What is the first thing we notice when we meet a new person?
According to a recent Harvard study the first thing our brains notice about a person is gender and race. Everything else follows: appearance, body posture and gesture, eye contact, tone of voice.
Our brains classify information automatically and draw conclusions about the person we have in front of us. After a few seconds we have already created a “profile” of the person which includes assumptions about who they might be according to our stereotypes irrespectively of how open minded or subjective we are. Our mind classifies people in order for us to feel safe in the interaction with the “stranger” and approach or avoid them accordingly.
When we meet a new client and have noticed all of the above we try to find similarities that will help us connect with them. We try to find to which “groups” we both belong; which symbols we both recognize; which style of communication might suit them.
Clothes, watches, pens and the obvious symbols
Trying to find similarities between them and ourselves we make assumptions about their social status, their beliefs and attitude to life.
For instance, if they wear branded clothes and wear an expensive watch we suppose that they belong to a higher social class which usually implies a set of values and ethics that appreciate wealth and a comfortable life.
If they are successful and well known in their business field they probably feel that they have more in common with a person that is equally famous in their practice and they would be better understood.
A middle aged high level executive in a very aggressive conglomerate may be more willing to trust a coach that comes from a similar position and has faced similar challenges in their previous position in business.
Questions beyond assumptions…
At the first meeting with the client we start asking questions; we start exploring the person, their motives and finally why we are there with them. We use questions to get to know the person; how they express themselves; what language they use; what they say and how they say it; how they feel about the conversation.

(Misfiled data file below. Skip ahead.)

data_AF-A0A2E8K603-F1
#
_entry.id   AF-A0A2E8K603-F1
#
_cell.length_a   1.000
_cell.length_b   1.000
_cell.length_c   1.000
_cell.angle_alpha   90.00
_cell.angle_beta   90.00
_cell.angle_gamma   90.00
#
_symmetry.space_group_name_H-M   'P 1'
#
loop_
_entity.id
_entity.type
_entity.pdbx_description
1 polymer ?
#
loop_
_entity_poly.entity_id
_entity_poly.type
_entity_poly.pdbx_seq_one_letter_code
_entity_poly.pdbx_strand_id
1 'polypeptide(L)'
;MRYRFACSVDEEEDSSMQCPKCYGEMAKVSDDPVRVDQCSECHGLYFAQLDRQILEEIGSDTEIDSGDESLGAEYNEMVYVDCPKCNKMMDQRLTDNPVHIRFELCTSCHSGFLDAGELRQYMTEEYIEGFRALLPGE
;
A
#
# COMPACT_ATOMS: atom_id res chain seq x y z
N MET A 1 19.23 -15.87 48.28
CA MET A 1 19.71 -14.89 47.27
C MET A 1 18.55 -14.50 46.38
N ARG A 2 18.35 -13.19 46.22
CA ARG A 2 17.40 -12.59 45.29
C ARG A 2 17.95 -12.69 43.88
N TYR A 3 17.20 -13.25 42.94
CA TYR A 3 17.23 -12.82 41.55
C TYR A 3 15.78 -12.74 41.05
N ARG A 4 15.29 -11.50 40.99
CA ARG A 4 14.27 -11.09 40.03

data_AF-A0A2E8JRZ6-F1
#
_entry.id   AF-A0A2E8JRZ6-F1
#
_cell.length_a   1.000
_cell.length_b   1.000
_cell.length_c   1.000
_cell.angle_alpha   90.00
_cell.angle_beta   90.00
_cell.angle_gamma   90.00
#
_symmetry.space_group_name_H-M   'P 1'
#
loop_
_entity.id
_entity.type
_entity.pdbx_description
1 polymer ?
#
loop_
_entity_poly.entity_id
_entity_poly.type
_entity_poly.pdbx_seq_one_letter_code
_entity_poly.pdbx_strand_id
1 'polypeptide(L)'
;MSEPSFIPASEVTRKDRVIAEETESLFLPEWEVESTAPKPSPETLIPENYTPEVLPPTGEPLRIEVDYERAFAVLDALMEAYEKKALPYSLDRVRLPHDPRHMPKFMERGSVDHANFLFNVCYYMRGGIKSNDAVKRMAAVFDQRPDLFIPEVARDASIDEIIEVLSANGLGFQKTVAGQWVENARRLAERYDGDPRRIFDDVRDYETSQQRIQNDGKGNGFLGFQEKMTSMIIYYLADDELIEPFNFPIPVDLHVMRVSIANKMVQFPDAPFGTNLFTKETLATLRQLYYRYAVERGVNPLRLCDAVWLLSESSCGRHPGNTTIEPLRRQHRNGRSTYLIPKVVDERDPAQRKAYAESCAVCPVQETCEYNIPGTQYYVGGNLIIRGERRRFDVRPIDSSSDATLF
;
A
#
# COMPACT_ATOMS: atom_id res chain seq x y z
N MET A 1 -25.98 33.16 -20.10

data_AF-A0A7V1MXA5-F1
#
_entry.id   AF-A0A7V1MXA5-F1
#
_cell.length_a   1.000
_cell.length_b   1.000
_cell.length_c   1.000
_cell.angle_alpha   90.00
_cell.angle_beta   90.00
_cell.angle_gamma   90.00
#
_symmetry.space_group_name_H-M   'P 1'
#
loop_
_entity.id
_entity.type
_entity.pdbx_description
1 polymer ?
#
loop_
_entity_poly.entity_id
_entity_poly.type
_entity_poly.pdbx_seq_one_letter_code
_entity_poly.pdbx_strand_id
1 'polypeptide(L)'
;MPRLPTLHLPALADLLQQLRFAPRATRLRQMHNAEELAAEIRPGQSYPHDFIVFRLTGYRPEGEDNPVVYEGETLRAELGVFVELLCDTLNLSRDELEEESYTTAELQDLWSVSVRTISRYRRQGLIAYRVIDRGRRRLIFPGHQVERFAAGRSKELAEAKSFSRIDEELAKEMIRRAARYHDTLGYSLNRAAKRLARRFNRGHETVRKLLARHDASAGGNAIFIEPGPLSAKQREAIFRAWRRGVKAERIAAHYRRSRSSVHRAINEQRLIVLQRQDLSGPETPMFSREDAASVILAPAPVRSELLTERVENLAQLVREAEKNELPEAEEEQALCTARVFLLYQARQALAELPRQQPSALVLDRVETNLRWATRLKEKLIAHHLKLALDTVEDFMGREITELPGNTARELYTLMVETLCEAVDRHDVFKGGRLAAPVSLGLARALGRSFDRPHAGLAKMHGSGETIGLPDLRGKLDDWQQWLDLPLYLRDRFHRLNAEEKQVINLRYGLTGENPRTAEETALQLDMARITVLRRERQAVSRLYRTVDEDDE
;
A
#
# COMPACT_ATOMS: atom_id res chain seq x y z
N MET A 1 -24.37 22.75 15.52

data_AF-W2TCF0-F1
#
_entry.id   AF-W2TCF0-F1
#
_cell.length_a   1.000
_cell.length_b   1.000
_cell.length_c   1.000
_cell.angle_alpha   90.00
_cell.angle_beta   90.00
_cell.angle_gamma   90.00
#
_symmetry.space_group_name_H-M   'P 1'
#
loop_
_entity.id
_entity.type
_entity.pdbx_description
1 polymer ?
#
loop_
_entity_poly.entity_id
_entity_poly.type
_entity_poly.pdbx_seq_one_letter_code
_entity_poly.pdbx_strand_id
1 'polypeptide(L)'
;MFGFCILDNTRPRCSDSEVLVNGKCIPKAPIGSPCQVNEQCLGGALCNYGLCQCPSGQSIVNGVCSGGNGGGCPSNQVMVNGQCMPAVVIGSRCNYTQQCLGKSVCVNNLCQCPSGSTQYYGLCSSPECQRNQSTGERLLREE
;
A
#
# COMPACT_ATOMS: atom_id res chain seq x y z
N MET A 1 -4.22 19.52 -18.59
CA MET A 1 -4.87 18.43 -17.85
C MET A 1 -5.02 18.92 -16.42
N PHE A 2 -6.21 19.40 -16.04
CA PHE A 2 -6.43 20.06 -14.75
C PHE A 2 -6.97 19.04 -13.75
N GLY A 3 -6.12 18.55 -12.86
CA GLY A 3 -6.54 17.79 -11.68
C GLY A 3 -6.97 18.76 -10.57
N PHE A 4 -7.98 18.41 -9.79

A conversation with a person reveals their attitude towards us; are they open to share their thoughts? Is there something that they want to know about us and what is that? Do they show stress, anxiety, boredom, interest, preference?
What makes them react immediately? Do they look positive? Retracted? Relaxed? Do they frown? Or smile?
When we watch their body language, tone of voice, face expressions and language we get an idea of how they see us and how they perceive our interaction. Even with a very experienced and trained executive there will be signs that we can decode.
Picking up the positive reactions we can map our strategy to connect with them.
Mirroring their body language, tone of voice and expressions is a relatively safe way to connect with the client at the introductory phase.
Connect like human beings not just for business
Connecting with people has always been a hot topic in the business world and even more in coaching that depends thoroughly on it. Following instructions, rules and methods to connect is very useful and improves our repertoire of behaviours.
From my experience I have seen that mirroring works in every relationship. Smiling is also a great way to connect because it makes people feel less stressed and less threatened.
Mirroring, smiling and showing interest to the client are great ways to connect when we do it genuinely as a result of our intention to communicate with the person and not as a professional technique that looks like acting.
Do you really want to get to know the person in front of you?
Are you truly interested in them?
Do you have an inner need to understand what they think, how they feel, what they need?
Are you there for them to support and encourage them?
All relationships are based on mutual trust. Coaching goes beyond trust; it is a deep relationship. The client will reveal their inner thoughts and feelings, their memories, experiences, failures, fears and dreams. They need a secure and nurturing environment that will allow them to express themselves. The coaching relationship evolves and flourishes with genuine care for the other person as a human being. And this is the perfect matching!